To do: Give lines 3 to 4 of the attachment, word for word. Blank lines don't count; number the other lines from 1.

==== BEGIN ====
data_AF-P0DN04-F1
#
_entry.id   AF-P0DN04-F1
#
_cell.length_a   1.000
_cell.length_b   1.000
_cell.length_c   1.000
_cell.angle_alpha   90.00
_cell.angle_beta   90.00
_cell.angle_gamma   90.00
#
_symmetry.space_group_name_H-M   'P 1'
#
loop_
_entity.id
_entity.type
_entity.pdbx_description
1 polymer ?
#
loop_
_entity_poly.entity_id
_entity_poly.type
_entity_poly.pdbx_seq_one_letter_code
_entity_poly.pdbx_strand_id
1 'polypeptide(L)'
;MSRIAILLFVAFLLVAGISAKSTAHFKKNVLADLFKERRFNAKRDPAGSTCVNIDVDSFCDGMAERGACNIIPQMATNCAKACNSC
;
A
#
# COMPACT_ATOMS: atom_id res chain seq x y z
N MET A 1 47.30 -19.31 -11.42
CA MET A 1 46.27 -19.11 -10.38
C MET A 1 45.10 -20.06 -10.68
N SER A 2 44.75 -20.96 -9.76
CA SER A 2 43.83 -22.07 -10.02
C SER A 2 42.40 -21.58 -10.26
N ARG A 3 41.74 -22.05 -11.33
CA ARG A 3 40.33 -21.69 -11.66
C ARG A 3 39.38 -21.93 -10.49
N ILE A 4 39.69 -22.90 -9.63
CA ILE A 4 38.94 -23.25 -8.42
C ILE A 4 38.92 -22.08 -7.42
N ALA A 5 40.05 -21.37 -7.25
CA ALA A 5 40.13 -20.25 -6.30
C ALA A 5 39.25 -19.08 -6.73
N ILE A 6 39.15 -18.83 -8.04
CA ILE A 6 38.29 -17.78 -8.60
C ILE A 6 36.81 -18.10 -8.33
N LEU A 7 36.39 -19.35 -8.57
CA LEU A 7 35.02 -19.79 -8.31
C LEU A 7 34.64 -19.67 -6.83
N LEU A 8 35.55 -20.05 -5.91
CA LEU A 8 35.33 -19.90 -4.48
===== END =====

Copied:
_entry.id   AF-P0DN04-F1
#